Chinese banks have reported better asset quality in Q3.
Most listed banks reduced their bad loan ratio, while many also saw a rise in provision coverage ratio, funds set aside to cover bad loans, according to quarterly reports.
Agricultural Bank of China (ABC), one of the country's largest, saw its outstanding bad loans down 21 billion yuan (about 3.2 billion U.S. dollars) from the end of last year, while its bad loan ratio fell 0.4 percentage points.
ABC's provision coverage ratio stood at 194.3 percent by the end of September, 20.9 percentage points higher than the end of 2016.
China Merchants Bank's bad loan balance dropped 897 million yuan, while the bad loan ratio declined by 0.21 percentage points. Provision coverage ratio was up 55 percentage points to 235 percent.
The banks attributed the improved asset quality to a stabilizing economy, better credit structure, and disposal of non-performing assets.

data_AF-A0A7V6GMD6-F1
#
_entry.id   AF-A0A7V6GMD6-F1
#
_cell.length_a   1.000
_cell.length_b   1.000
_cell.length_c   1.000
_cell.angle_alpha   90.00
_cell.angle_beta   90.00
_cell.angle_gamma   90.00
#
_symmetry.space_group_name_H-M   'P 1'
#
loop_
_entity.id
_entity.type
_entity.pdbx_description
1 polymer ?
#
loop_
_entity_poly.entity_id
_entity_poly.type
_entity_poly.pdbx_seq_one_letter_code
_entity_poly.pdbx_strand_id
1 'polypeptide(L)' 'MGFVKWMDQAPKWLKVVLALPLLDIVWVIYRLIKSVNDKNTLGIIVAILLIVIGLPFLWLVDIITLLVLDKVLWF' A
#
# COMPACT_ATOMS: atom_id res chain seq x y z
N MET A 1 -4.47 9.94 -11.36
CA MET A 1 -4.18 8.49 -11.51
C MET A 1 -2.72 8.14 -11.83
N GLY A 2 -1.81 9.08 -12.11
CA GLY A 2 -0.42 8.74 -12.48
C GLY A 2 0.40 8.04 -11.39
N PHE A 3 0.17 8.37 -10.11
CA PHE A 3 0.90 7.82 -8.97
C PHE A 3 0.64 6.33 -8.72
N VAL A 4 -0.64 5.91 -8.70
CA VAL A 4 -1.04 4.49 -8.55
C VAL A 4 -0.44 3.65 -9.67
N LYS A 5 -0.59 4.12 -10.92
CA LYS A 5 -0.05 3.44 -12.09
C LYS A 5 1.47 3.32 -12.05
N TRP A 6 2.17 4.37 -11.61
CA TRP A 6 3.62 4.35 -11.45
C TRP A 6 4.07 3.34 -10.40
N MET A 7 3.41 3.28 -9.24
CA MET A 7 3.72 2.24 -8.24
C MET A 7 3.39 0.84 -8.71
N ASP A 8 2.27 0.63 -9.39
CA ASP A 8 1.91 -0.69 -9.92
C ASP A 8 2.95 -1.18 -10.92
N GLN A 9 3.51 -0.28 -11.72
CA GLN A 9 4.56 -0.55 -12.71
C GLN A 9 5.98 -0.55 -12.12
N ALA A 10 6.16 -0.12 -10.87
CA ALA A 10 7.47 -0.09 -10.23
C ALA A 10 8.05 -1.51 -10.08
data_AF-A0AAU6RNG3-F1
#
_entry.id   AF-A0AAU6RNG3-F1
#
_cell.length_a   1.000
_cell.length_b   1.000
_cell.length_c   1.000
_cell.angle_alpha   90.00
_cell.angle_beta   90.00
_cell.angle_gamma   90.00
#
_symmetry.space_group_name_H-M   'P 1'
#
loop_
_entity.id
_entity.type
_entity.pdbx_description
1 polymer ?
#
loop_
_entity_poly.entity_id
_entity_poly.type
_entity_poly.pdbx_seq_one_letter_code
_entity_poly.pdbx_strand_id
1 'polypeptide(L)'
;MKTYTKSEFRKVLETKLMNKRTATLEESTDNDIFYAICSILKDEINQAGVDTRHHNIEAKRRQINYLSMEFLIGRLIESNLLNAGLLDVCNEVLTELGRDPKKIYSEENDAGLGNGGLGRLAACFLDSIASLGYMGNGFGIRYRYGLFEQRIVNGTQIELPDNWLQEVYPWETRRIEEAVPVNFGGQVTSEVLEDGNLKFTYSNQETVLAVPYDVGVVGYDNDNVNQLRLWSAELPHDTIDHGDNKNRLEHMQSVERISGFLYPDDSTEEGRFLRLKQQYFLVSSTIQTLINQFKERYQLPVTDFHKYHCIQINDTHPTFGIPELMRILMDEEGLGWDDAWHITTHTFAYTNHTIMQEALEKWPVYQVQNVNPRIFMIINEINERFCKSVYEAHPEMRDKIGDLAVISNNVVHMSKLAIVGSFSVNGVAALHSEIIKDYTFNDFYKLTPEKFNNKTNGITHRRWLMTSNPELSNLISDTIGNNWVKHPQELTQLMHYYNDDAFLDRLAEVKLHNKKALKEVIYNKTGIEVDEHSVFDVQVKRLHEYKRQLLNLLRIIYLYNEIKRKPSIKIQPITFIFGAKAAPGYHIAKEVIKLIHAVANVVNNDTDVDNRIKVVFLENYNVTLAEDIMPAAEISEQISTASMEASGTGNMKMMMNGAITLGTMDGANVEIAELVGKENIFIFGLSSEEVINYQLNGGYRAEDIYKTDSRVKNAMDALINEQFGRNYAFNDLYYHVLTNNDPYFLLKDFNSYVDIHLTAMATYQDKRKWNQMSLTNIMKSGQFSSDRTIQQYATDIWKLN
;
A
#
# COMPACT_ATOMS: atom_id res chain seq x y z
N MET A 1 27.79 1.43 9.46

"While the bad loan ratio of large banks has stabilized, the trend is not so obvious with some small and medium-sized banks. But overall the risks of the listed banks are controllable," said Dong Ximiao with Renmin University of China Chongyang institute for financial studies.
The government has stepped up efforts this year to correct irregularities in the financial sector, targeting high-risk activities such as off-balance sheet financing.
Despite the tighter regulation, major banks reported solid Q3 earnings. The Industrial and Commercial Bank of China (ICBC), China's largest lender by market value, said its net profits increased to 75 billion yuan in Q3, up 3.4 percent from a year ago.